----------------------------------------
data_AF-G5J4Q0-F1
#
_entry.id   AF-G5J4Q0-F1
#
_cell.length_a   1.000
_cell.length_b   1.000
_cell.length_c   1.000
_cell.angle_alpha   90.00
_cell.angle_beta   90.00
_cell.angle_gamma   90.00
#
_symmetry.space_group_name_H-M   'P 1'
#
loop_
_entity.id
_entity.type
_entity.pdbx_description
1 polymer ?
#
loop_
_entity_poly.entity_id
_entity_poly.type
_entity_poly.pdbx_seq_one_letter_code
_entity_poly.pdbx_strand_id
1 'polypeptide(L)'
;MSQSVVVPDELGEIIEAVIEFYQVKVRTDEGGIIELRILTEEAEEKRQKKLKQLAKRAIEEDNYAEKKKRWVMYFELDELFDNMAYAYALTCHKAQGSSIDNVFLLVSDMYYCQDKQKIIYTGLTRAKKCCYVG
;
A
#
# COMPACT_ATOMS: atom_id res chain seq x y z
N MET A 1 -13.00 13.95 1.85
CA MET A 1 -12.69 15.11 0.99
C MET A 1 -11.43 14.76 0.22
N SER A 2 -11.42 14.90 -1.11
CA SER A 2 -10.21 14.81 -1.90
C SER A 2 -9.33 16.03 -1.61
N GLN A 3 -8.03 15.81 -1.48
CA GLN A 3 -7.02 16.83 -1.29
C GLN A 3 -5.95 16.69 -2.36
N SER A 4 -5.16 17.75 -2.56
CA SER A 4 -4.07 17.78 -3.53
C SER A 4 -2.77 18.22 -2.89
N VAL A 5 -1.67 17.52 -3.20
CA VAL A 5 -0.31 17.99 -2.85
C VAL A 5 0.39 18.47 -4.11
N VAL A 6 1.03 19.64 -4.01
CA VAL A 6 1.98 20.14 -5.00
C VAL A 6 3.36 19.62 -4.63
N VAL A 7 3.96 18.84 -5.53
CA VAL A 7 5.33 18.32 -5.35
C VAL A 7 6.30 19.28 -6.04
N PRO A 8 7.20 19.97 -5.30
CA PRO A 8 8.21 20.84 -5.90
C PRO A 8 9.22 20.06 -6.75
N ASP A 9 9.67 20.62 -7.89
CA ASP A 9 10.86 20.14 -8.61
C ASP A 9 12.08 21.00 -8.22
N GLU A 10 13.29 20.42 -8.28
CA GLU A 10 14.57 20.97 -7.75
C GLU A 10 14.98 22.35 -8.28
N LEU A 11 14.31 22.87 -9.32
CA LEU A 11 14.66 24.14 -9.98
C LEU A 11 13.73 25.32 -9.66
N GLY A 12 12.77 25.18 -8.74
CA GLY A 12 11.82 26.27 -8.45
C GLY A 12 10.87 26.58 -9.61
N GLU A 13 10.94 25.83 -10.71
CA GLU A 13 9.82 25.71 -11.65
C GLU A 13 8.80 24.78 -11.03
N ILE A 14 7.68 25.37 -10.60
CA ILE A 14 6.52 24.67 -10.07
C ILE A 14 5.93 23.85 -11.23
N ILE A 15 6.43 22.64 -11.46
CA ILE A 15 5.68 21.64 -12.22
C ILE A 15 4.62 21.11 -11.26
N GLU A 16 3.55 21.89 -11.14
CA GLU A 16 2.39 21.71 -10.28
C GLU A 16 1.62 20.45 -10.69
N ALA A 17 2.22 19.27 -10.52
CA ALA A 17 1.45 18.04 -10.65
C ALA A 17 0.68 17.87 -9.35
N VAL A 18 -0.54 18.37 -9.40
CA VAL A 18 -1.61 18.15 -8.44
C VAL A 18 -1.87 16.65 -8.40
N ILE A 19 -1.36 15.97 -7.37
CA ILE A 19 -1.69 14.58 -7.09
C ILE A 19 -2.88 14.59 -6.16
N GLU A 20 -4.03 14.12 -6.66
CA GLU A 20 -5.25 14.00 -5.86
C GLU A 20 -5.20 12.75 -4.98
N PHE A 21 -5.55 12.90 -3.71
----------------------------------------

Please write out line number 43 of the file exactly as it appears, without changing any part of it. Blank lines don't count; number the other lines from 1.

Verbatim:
N VAL A 5 -1.67 17.52 -3.20